Creating a Vision (Board)

What will undo any boundary is the awareness that it is our vision, and not what we are viewing, that is limited.

– Finite and Infinite Games, James Carse

Two years ago my life was completely different than it is now.

At the time I was sharing a two bedroom apartment in San Diego with my close friend from high school. I was in a longterm relationship with a beautiful woman who cared deeply about me, and I for her. I was consulting for a successful business I had previously managed while working on a new project that was meaningful to me. In describing my life, you might have been tempted to use the word “successful.” On the outside things looked pretty peachy.

On the inside things felt profoundly discordant. Worst of all, I couldn’t figure out why.

Just getting through the day required most the energy I could muster. Whatever remained would be sucked up by the constant war of self-persuasion I was waging. I saw coaches, read books, and tried all sorts of tricks designed to help me “find my why”, “unlock my potential” or just “fix” whatever was wrong with me. On the inevitable days when my energy faltered, those ever-circling jackals —self-doubt, confusion, anxiety— would begin closing in, hungry for a fresh kill.

Stifled and overwhelmed, I felt pinned beneath a weight I couldn’t see. A desire to distance myself grew, but detachment, like a heavy dose of chemotherapy, killed the good and the bad indiscriminatingly.

As the light was fading I was busy futilely trying to swat away the enveloping darkness. It hadn’t dawned on me that maybe I should get busy starting a fire.

Sunset on the Janapar Trail in Nagorno-Karabakh.

If you were to suggest, two years ago, that perhaps I should create something called a “vision board” I would have smiled at you, nodded politely and thanked you for your suggestion while silently wondering if that was a second or third grade art activity and what the best way to end our conversation might be before other words like “attraction” or “vibration” might enter. Then, afterwords, I’d get back to never fucking thinking about creating a vision board again.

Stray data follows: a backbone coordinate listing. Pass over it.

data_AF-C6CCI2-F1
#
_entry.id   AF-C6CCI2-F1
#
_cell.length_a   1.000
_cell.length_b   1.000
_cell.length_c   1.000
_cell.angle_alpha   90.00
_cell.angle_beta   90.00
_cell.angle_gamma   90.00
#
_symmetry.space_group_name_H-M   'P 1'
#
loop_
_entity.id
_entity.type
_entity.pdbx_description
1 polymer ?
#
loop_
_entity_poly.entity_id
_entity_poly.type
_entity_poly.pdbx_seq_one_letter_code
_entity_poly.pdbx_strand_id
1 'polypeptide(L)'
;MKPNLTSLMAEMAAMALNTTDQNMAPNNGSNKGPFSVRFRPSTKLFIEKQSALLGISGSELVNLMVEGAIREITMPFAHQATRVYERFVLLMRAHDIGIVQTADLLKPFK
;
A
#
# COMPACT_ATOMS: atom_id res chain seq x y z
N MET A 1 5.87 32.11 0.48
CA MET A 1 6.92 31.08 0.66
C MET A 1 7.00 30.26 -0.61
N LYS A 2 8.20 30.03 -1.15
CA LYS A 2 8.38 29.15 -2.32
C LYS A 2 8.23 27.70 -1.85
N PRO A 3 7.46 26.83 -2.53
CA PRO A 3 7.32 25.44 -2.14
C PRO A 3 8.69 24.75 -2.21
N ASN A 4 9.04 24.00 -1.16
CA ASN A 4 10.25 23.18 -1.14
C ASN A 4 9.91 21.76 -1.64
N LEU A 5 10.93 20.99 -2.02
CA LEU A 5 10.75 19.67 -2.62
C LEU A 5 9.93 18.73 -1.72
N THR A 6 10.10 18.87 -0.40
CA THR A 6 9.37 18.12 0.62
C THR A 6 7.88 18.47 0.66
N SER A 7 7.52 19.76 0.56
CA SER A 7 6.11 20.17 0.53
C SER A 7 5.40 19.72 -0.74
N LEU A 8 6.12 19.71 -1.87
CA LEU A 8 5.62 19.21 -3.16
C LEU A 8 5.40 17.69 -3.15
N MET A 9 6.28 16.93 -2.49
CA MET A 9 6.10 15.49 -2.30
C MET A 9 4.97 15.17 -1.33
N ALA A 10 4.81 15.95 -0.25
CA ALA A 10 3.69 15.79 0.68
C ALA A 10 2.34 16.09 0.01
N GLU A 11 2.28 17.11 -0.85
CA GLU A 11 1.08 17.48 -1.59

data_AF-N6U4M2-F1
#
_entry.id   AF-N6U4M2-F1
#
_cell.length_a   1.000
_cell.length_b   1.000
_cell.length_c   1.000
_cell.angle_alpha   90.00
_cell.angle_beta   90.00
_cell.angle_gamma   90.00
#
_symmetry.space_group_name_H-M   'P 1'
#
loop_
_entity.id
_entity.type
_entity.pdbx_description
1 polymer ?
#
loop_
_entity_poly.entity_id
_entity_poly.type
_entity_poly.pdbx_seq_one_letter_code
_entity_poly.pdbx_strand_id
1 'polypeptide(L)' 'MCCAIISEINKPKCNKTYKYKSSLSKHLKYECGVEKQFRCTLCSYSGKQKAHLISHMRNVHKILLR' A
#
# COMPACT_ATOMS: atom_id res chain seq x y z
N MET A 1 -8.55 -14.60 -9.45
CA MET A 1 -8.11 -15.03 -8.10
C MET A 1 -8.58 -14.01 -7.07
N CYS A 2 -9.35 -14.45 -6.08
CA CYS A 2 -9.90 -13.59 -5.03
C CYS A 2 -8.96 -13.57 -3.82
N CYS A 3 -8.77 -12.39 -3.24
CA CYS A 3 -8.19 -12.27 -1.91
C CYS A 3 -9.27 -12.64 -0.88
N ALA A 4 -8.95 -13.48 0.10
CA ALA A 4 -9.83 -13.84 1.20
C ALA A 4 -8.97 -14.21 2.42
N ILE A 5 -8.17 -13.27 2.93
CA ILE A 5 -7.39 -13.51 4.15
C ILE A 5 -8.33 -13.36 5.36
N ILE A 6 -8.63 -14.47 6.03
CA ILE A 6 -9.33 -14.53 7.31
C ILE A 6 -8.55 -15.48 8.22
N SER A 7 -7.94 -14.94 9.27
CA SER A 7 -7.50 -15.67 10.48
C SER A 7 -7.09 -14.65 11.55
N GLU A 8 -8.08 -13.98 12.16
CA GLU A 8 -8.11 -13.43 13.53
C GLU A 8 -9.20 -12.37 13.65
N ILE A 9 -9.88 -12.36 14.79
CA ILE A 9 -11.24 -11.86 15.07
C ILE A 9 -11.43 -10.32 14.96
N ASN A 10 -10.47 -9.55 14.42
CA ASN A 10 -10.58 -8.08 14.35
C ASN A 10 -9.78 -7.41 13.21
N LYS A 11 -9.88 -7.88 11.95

So it made total sense, that two years ago, my business partner and I were hosting a vision board party to bring in the new year.

We bought snacks and drinks and set up six plastic, folding tables in a friend’s photography studio. On each were stacks of magazines, markers, scissors and glue sticks. As our guests arrived we greeted them with a 2′ x 3’ foam board. Once things had kicked off I sat down and stared into the abyss of my own blank, black board.

When I looked up again two hours had passed. People around me were standing, talking jovially and waving around their completed boards. I looked back down at a still mostly empty board in front of me. I’d managed, more or less, to complete the bottom right corner.

When I got home that night I threw my board into a corner, unsure I’d get around to finishing it. Before long however, it had grown into a weekend obsession. I began dropping by my local library every few weeks for more magazines. I wasn’t sure why, but completing it seemed increasingly important. On Sunday mornings, I’d brew up some coffee, put on my headphones, and scour magazine pages. I didn’t know what I was looking for. Every so often I’d come across something that gave me a jolt or a buzz and I’d cut it out. I’d stare at the board for minutes at a time in deep concentration, contemplating the exact spot each word and image belonged.

Another four months passed before I was finally able to stand back and bask in the glory of my finished vision board. When I did I had a sudden realization, followed by a faint-but-definitely-there twinge of terror: the life on this board wasn’t the life I was currently heading towards.

I took a photo and made it the desktop picture on my laptop and put the board over the head of my bed. I looked at it every morning when I woke up. I looked at it while I meditated. I looked at it during breaks from work. I looked at it before I went to bed. It became my shrine.

My vision board from 2014.

I never felt any pressure to “achieve” my vision board. Probably because there wasn’t really anything on it to achieve —it was just a collection of images and words that evoked a certain feeling in me. Before long though I realized it was helping me make strategic decisions in my life. In considering tough choices I’d take a look at my vision board and ask myself which way feels more like that? It wasn’t my only criterion, but it was always an illuminating one.

Later that summer, my business partner and I sat in his back garden discussing our values. I brought over my vision board and offered to leave it with him so he could take a look at it. A week later he gave it back to me. The board had become slightly faded and I noticed some of the clippings were peeling off at the corners —I suspected he had left it outside overnight. Our partnership dissolved months later.

I no longer have the vision board. Recently it’s become apparent to me that I should make a new one. Not because I don’t still have a photo of the old one (I do and I still routinely look at it) but because for the most part, I’m living the life I had imagined years ago on that board. It’s time for a new vision.


Vision is not some concrete destination we can arrive at (that’s a goal), vision is what we can see —it’s our current range of possibilities.

In his book, Finite and Infinite Games, James Carse explores the magical properties of vision by considering the horizon:

A horizon is a phenomenon of vision. One cannot look at the horizon; it is simply the point beyond which we cannot see. There is nothing in the horizon itself, however, that limits vision, for the vision opens onto all that lies beyond itself. What limits vision is rather the incompleteness of that vision.